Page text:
“Beloved, do not be startled
at the trial by fire that is taking
place among you, as something
strange were happening to you.’
I Pet 4:12
Well, what now? Where do we go from here? It is obtuse of any priest or prelate not to speak of the dark Crisis enveloping the Church. Even more obtuse to airbrush its severity, or call it a “rabbit-hole” as did one of the Church’s Princes. The Crisis metastasized a week ago with the publication of the history-making letter of the esteemed Papal Nuncio and former Governor of the Vatican State, Archbishop Carlo Maria Vigano.
Similarly, only the most indifferent Catholic cannot be deeply concerned. Of course, there will be those ‘spiritual’ Catholics who remain above this fray, tsk-tsking at those febrile Catholics who worry endlessly of such things. Then there are those besotted Catholics soaked in the ‘spirit of Vatican II’, who find that all this talk of sexual ‘inappropriateness’ a distraction from the burning issues of the “environment and migrants” (again, a remark by one of the Church’s Princes.) Such a breathtakingly shocking statement merely confirms Chesterton’s chilling, albeit prescient, warning, “The great march of destruction will go on. Everything will be denied…Fires will be kindled to testify that two and two make four. Swords will be drawn to prove that leaves are green in summer.”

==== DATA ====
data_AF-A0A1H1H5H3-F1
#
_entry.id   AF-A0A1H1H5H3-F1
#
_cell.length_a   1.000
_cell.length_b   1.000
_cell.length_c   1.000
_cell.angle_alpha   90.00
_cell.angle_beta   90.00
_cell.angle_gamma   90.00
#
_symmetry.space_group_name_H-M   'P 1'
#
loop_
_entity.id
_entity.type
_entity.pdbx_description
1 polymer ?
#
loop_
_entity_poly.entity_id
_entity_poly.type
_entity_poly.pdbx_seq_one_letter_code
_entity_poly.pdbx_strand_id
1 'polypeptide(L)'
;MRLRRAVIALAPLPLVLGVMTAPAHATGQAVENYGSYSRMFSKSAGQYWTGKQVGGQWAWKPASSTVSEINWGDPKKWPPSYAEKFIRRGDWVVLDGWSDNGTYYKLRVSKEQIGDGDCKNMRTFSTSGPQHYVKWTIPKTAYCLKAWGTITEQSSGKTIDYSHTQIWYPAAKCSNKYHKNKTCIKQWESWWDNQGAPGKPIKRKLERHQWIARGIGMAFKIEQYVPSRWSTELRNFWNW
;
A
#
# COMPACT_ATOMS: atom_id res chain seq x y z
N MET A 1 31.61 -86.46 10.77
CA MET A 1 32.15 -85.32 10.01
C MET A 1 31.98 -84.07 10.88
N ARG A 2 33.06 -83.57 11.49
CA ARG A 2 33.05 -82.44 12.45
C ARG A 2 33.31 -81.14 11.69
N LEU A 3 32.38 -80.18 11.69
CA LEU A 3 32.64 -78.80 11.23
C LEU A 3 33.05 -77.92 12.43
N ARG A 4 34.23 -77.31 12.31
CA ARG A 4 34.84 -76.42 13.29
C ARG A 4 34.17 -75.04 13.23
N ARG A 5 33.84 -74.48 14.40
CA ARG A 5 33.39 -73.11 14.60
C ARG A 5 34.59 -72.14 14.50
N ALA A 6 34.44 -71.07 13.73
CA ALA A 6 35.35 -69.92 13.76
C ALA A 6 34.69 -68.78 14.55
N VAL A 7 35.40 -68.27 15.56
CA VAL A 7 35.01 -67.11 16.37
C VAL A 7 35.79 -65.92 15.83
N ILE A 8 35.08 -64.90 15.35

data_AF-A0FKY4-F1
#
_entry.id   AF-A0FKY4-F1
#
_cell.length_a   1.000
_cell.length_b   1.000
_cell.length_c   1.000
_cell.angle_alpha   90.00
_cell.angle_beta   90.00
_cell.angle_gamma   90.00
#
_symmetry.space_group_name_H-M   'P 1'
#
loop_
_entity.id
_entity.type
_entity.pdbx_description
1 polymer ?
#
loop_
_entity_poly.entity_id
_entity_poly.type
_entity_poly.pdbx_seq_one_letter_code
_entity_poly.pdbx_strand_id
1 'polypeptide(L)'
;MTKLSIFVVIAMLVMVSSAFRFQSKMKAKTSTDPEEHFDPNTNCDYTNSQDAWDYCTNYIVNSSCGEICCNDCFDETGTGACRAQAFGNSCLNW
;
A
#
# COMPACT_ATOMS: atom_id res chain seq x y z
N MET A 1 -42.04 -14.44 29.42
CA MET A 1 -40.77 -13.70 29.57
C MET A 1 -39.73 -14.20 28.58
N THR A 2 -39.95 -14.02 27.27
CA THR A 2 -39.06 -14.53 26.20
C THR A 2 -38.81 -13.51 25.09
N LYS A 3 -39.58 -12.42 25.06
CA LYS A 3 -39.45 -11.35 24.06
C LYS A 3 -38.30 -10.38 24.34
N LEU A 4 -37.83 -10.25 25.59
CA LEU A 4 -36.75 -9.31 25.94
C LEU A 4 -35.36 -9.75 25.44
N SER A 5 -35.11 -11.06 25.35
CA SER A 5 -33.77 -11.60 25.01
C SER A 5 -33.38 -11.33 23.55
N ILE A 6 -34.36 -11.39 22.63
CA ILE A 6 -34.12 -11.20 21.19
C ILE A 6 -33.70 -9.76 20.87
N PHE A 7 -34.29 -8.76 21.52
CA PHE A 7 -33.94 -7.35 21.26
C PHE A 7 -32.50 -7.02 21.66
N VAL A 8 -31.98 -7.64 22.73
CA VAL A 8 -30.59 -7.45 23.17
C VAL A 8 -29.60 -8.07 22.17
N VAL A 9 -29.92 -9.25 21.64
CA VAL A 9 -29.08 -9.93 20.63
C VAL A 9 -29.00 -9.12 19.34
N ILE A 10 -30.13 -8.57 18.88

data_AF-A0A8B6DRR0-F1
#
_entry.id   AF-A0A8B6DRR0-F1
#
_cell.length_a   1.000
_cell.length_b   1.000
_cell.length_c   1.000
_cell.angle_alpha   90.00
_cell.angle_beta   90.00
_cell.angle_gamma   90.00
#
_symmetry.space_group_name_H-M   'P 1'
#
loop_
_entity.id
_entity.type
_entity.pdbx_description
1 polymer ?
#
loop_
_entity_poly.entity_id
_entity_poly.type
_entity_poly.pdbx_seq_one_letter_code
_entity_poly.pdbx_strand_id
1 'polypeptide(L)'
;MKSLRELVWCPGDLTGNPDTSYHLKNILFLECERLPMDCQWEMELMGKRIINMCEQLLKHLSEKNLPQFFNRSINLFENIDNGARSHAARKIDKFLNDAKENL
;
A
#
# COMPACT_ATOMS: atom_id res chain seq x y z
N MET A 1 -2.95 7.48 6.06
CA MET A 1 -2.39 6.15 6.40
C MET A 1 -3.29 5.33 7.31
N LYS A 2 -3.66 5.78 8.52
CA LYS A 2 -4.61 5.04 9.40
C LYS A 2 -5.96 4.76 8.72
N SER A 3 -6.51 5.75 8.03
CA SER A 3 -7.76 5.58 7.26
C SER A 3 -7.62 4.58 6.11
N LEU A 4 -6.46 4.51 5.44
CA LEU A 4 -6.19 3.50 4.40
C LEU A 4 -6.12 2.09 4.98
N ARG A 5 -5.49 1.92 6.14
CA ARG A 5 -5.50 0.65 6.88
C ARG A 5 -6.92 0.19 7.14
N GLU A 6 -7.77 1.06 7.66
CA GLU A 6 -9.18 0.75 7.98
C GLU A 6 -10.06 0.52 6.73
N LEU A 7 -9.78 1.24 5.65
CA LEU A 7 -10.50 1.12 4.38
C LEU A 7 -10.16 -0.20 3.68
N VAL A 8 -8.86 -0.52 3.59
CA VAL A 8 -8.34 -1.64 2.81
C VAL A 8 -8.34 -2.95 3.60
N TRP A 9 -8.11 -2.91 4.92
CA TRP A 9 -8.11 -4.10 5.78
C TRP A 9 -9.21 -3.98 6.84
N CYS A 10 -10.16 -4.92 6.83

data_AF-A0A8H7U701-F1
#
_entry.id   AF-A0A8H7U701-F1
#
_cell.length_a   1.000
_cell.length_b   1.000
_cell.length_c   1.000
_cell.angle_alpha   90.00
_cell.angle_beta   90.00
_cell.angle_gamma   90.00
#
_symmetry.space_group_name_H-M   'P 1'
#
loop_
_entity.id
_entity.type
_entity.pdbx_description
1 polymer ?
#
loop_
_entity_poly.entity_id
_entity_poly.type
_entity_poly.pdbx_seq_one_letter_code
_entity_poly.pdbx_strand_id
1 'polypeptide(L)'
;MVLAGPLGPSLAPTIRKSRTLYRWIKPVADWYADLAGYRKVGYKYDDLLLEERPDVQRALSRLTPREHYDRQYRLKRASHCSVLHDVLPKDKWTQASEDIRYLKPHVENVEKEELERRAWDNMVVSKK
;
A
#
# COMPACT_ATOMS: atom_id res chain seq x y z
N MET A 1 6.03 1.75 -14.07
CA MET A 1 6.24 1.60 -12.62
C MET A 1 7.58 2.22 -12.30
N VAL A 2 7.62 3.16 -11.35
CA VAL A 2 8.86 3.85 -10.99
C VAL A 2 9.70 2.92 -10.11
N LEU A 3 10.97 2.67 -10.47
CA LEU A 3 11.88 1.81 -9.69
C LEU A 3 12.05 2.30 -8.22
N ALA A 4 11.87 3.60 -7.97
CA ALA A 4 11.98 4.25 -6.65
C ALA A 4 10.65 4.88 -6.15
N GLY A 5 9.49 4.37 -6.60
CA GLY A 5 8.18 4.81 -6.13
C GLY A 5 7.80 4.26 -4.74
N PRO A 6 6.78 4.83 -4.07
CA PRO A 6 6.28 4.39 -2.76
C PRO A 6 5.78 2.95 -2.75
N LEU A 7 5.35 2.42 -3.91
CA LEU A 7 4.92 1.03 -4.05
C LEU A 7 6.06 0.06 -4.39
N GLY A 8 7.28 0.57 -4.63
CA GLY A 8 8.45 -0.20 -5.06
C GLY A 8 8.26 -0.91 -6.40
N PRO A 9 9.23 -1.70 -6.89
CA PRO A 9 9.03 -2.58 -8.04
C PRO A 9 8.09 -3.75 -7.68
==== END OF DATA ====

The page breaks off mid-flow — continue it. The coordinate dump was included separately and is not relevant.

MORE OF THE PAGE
But, where do we go from here? To the only place we can go – to Christ and His Holy Church. We take refuge in her unchanging teachings, while stubbornly ignoring those teachers who lobby for changing the eternal Word for words that express better ideas. After all, a half century of that fatal tradeoff has produced the fertile ground for this Crisis to blossom, like a mushroom cloud. Isn’t it odd that some of the highest authorities in the Church have chosen to call Catholics utterly faithful to Christ’s permanent truth, ‘ideoligized.’ Crisis, indeed.
For us ordinary Catholics, five jeweled divine Catholic truths will be our manna in this desert.
1. Our Faith is in Christ, not in priests or bishops, or even popes. As faithful Catholics we depend upon those priests for the grace of the Sacraments. Without the Pope, whom St. Catherine of Sienna teaches holds the “Key of the Blood,”, we are bereft of the comforts of Christ. But our Faith does not rest on them. Our Lord guides us: “The scribes and the Pharisees sit in Moses’ seat: All therefore whatsoever they bid you observe, that observe and do; but do not ye after their works; for they say and do not.” (Mt 23:1-3). It is a luxury to have holy priests and bishops. Yet sometimes it pleases God to withdraw that luxury. He has, many times in the course of the Church’s history. This is one of those times.